After Brexit - Trump?

Posted by es328 at Feb 03, 2017 10:30 AM |
Dr Fabian Frenzel discusses the Anti-Trump protests seen across the UK and what they mean for Brexit Britain

Think: Leicester does not necessarily reflect the views of the University of Leicester - it expresses the independent views and opinions of the academic who has authored the piece. If you do not agree with the opinions expressed, and you are a doctoral student/academic at the University of Leicester, you may write a counter opinion for Think: Leicester and send to ap507@le.ac.uk

UK wide protests against the Trump administration have hit the streets since the new president issued a controversial travel ban for seven predominantly Muslim countries last week. Nowhere outside the US have protests against Trump’s travel ban been as fierce and widely shared. A petition to parliament asking to revoke Theresa May’s invite to Trump for a state visit to the UK in summer has now reached nearly 2 million signatures. May has thus far rejected this demand, insisting on the diplomatic necessities of Realpolitik. In response some MPs compared May’s approach to Trump to the appeasement policies of British government with Nazi Germany in the 1930s, indicating just how controversial her invite is. More protest are planned by a newly formed Anti-Trump coalition that enlists an impressive number of UK celebrities. Nation-wide marches are planned on the 20 February, the day Parliament is scheduled to debate the petition.

Such strong rejection and near spontaneous outburst of protest, mostly mobilised via social media without the involvement of larger organisations or parties, are by now a familiar feature of protest cultures across the world. The Anti-Trump protests are examples of collective affects, broadly shared sentiments pitched up via the power of algorithms and connectivity. It is wrong to dismiss social media as mere echo-chambers, reflecting only those sentiments one already holds. Some issues resonate broadly, while others remain fringe concerns. Once people take to the street in the numbers we saw this/last week, it is clear that something has hit a nerve.

The question is why the Anti-Trump protests resonate so strongly in Britain. I got some ideas about this when I attended the spontaneous protest against Trump’s travel ban in Leicester. I was surprised to find that far from everybody in the crowd seemed to be united. A fellow migrant saw me and shared her views: "Typical British anti-Americanism, she quipped: If they care so much about freedom of movement, why don’t they protest against Brexit?"

I replied that most people in the demo were likely to be opposed to Brexit, but she had a point. No one was out on the street when the House of Commons voted for the Brexit Bill this week. The leader of the opposition, Jeremy Corbyn, had even ordered his MPs to vote for Brexit. At the same time he fiercely criticised Theresa May for seeking closer ties with the US.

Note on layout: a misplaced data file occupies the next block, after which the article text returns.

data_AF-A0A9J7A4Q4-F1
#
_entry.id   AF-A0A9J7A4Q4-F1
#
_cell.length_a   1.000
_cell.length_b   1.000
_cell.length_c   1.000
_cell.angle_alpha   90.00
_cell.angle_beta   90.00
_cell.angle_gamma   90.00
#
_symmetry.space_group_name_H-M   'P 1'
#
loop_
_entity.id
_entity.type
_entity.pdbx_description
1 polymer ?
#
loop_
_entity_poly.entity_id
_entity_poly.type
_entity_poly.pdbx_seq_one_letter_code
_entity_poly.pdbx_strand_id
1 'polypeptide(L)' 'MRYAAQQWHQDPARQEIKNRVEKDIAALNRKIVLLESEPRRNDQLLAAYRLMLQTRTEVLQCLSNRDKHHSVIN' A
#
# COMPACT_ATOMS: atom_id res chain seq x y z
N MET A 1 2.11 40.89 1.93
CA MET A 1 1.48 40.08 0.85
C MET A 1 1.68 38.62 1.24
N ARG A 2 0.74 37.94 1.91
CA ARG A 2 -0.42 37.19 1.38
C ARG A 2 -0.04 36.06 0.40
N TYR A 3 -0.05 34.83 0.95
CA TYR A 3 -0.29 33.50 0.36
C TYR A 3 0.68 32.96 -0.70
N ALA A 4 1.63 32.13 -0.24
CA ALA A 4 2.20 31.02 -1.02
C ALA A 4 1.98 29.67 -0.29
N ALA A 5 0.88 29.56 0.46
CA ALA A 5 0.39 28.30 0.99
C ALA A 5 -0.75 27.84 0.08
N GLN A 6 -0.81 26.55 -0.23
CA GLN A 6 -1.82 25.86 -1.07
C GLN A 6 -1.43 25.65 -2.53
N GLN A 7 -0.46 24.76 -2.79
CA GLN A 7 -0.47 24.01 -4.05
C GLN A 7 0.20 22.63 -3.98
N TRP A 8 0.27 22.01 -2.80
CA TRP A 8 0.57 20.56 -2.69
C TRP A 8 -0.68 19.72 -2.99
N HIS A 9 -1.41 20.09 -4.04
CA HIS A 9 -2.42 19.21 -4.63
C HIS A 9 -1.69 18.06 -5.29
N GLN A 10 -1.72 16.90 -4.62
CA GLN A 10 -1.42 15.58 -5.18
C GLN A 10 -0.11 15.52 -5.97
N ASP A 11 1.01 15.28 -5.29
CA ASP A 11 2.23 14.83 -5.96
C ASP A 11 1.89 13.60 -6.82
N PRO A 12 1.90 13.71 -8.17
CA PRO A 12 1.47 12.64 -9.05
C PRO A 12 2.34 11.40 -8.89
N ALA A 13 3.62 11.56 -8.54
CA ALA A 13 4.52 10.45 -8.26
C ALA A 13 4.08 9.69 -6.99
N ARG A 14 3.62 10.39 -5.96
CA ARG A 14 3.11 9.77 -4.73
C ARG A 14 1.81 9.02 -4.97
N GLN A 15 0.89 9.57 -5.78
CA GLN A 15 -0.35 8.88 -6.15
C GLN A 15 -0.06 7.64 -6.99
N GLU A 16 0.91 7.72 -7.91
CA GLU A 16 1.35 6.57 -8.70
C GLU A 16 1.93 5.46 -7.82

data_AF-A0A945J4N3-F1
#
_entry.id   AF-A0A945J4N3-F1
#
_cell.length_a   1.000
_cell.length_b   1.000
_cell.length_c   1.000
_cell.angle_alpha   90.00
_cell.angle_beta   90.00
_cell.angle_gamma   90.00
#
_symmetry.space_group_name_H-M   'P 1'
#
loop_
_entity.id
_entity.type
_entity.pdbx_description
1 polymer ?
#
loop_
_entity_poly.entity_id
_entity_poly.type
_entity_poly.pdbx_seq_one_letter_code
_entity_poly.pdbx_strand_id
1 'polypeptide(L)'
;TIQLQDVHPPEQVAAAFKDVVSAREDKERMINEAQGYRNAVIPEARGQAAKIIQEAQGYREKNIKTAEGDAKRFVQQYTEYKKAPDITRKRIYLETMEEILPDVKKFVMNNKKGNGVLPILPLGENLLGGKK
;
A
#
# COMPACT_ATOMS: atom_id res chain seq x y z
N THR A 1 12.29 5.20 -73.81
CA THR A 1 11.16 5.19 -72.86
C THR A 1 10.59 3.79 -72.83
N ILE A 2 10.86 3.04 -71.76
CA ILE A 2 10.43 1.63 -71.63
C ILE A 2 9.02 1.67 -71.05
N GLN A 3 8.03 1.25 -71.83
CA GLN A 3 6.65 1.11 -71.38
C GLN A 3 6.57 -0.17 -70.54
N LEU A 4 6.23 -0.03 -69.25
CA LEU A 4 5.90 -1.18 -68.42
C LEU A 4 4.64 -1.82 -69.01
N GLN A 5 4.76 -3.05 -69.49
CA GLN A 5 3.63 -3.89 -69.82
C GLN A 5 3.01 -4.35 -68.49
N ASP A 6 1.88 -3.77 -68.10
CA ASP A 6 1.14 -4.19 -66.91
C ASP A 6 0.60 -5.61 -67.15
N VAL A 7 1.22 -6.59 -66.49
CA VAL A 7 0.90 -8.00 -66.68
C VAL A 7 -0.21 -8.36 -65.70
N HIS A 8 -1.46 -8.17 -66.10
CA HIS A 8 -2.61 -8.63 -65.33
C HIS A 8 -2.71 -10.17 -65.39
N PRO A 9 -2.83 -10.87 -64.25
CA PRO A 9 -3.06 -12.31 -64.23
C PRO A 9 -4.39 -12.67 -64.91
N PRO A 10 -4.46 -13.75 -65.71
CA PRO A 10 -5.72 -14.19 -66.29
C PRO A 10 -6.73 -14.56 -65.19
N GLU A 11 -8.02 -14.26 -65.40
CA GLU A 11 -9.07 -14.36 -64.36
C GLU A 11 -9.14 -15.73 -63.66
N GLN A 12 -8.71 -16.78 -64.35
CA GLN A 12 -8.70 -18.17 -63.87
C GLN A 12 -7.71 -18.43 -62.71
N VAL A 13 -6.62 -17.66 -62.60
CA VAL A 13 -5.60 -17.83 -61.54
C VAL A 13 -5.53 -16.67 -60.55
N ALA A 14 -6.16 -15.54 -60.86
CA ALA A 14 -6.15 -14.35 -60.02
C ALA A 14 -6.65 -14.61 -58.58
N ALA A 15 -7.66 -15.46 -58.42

This makes very little sense.

Theresa May’s encounter with the new US president was the result of frantic diplomatic efforts in which May bargained for being the first foreign leader to meet Trump and for a quick free trade deal after Brexit. In return Trump asked to meet the Queen: He got it.

Brexit Britain has little choice but to seek closer ties with the US. Only the US has an economy strong enough to offer some replacement of the economic benefits of the single market. Via closer ties with the US the UK financial sector can hope to maintain its world leading position, even if EU markets becomes harder to access. Politically, it is only on the side of the USA that Britain may hope to have some relevance in the world, once its leaves the foreign policy co-ordination of the EU.

None of this British geopolitical constellation is new. Long before Brexit, Britain maintained relative political and economic independence as a result of carefully balancing its position between the EU and the US.

The balancing act is not only a question of diplomacy and national interest, it also deeply affects the British identify.

Parts of the UK public are evidently allergic to EU influence, but as the protests against Trump show, public sentiment is also fiercely opposed to any sense of dependence on the USA. With a president as controversial as Trump, this is even more so. Few people made the link between the Anti-Trump protests and Brexit last week. But it may well be that the unease and anger displayed results not simply from the politics of the new American president, but equally from the fear of being closely associated with it.

The question many Britons may ask is: when we leave the EU, will we be forced into a closer alliance with Trump’s USA. The answer to that question is almost certainly yes. Brexit Britain needs closer ties to the US at the precise point where the US turns out to be a very dubious partner indeed. Protests against Trump in Britain may well signal the beginning of a new wave of Anti-Brexit mobilisation.

 

Dr Fabian Frenzel

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Think: Leicester does not necessarily reflect the views of the University of Leicester - it expresses the independent views and opinions of the academic who has authored the piece. If you do not agree with the opinions expressed, and you are a doctoral student/academic at the University of Leicester, you may write a counter opinion for Think: Leicester and send to ap507@le.ac.uk